Just the other day, we weighed in on flood zoning and how it can affect your decision to work with or house your data in a specific data center "Data Center Flood Zones". But as we mentioned, flood zoning isn’t the only factor to consider when choosing a data center that suits your needs for reliability and performance.
In the world of data centers, power density is also very important.
Power density is generally measured in Watts per Square Foot (W/sq.ft.)—“the IT load rating in kW and the physical size of the IT and equipment rooms.” As Data Center Journal notes, “Given limitations on space and the need for more-efficient operation to counter the effects of rising power demand and cost, packing more resources into each rack is an obvious solution.”
Thinking back to the W/sq.ft. measurement, the more resources per rack and/or square foot, the more power dense a facility is. Because there’s only so much space available, a higher power density generally means more efficiency—which is great for consumers and businesses seeking to make the most out of their leased rack space. When paying per cabinet, cabinet power density is important, too; the more power available per cabinet, the more servers you can use per each cabinet leased. There’s lots of value in high power density.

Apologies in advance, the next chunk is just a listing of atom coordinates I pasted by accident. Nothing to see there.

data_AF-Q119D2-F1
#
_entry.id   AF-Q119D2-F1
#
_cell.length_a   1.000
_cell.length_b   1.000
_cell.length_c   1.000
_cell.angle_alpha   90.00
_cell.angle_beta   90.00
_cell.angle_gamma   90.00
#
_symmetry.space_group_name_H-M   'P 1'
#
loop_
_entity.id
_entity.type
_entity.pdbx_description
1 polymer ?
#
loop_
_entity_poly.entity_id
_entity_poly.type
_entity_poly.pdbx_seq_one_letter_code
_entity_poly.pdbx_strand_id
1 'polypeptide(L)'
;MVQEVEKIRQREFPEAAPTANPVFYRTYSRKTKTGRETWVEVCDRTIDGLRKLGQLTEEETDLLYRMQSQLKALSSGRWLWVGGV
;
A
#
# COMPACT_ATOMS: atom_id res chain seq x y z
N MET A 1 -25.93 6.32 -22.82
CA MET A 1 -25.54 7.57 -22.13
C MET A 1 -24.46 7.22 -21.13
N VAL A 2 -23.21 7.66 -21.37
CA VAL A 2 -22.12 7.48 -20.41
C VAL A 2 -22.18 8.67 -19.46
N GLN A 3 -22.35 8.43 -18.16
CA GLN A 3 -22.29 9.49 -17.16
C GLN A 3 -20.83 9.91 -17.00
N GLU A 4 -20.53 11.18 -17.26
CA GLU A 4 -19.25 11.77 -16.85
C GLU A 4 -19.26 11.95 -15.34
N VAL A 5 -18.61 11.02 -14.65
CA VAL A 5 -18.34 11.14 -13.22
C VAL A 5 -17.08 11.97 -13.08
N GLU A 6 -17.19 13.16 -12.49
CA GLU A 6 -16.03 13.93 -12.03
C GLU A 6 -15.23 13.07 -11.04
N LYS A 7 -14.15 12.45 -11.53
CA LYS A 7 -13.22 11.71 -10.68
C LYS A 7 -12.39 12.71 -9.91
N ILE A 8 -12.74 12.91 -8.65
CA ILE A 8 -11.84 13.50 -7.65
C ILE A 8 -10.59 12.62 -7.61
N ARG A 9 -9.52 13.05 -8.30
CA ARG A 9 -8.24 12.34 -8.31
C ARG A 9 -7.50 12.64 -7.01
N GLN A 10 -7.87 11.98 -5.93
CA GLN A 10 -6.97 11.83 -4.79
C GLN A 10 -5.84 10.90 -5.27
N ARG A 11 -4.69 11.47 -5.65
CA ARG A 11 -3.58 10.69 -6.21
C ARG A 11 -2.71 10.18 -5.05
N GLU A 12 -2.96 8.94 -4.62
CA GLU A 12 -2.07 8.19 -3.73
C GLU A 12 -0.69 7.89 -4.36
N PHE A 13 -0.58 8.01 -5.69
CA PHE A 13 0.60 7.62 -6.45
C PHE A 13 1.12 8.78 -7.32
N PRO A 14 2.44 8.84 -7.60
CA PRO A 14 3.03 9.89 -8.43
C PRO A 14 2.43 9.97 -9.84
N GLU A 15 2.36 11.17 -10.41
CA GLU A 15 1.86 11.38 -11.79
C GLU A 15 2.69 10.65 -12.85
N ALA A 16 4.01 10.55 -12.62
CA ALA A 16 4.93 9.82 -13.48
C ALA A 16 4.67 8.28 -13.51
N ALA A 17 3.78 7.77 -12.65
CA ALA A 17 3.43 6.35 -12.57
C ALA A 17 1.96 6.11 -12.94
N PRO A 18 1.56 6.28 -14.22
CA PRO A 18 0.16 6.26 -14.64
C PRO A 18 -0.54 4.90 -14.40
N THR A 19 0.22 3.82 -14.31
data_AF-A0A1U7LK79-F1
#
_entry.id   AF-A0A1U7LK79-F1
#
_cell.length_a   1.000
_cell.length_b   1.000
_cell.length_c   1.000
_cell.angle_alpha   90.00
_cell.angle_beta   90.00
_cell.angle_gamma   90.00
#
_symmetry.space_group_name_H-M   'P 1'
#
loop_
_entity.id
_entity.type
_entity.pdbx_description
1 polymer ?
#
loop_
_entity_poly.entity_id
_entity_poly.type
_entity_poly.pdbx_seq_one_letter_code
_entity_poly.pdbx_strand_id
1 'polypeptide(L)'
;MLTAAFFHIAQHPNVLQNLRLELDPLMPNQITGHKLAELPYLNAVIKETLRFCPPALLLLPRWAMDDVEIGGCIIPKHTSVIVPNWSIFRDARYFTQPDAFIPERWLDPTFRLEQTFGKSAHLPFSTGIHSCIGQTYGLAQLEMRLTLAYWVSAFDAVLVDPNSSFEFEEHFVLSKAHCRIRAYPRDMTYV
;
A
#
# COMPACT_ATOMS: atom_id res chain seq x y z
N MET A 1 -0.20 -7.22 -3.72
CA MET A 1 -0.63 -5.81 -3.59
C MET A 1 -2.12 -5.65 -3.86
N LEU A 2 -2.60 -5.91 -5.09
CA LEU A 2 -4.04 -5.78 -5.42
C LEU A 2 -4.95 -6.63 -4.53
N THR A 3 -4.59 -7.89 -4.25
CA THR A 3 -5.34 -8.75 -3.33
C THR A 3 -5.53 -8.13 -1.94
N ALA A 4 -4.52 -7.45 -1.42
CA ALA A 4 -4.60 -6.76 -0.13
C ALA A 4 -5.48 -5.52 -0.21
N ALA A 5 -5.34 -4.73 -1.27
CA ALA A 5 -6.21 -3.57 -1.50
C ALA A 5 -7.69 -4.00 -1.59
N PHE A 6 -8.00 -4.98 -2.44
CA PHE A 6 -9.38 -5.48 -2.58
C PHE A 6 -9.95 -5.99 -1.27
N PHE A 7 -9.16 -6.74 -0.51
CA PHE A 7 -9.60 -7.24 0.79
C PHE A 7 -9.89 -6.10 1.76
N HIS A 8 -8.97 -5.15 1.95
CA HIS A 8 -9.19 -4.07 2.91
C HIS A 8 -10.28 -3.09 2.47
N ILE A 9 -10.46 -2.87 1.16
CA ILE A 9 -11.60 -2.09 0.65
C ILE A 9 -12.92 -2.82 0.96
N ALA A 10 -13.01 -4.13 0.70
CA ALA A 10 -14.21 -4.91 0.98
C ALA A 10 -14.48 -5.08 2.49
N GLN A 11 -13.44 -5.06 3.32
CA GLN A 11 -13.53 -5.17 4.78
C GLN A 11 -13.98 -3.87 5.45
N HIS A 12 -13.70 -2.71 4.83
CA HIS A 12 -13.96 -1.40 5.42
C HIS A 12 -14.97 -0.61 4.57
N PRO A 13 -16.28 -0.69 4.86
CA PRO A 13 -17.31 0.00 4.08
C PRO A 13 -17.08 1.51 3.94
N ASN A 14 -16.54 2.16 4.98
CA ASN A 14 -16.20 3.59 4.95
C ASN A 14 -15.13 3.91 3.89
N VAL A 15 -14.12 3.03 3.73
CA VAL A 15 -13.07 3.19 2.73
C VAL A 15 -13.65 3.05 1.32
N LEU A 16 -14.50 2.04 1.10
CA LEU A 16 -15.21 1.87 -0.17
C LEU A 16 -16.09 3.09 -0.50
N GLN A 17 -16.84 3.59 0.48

Aside from the measurement itself, there a few other factors to think about in the evaluation of power density:
Moving towards the future, many data center service providers—Telx included—are making the move towards high power density to offer greater efficiency and lower costs to customers. And here at Telx, we realize that cooling becomes a concern with higher power density, which is why all of our data centers offer premier air-conditioned space. Our PRT1 Telx Data Center, for example, provides an overall power density of 325 W/sq.ft., with cabinets between 5 and 10 kW power densities and our SCL2 Telx data Center provides an overall power density of 425 W/sq.ft. with cabinets at 8 kW power densities—efficient specs for even the most demanding users.
It can be difficult to sort through all the terminology surrounding power density in data centers, but we’re here to help answer any questions you may have. If you do have any questions about power density in our data centers, feel free to reach out to us via the contact page of our site, or by Facebook or Twitter. We’d love to hear from you.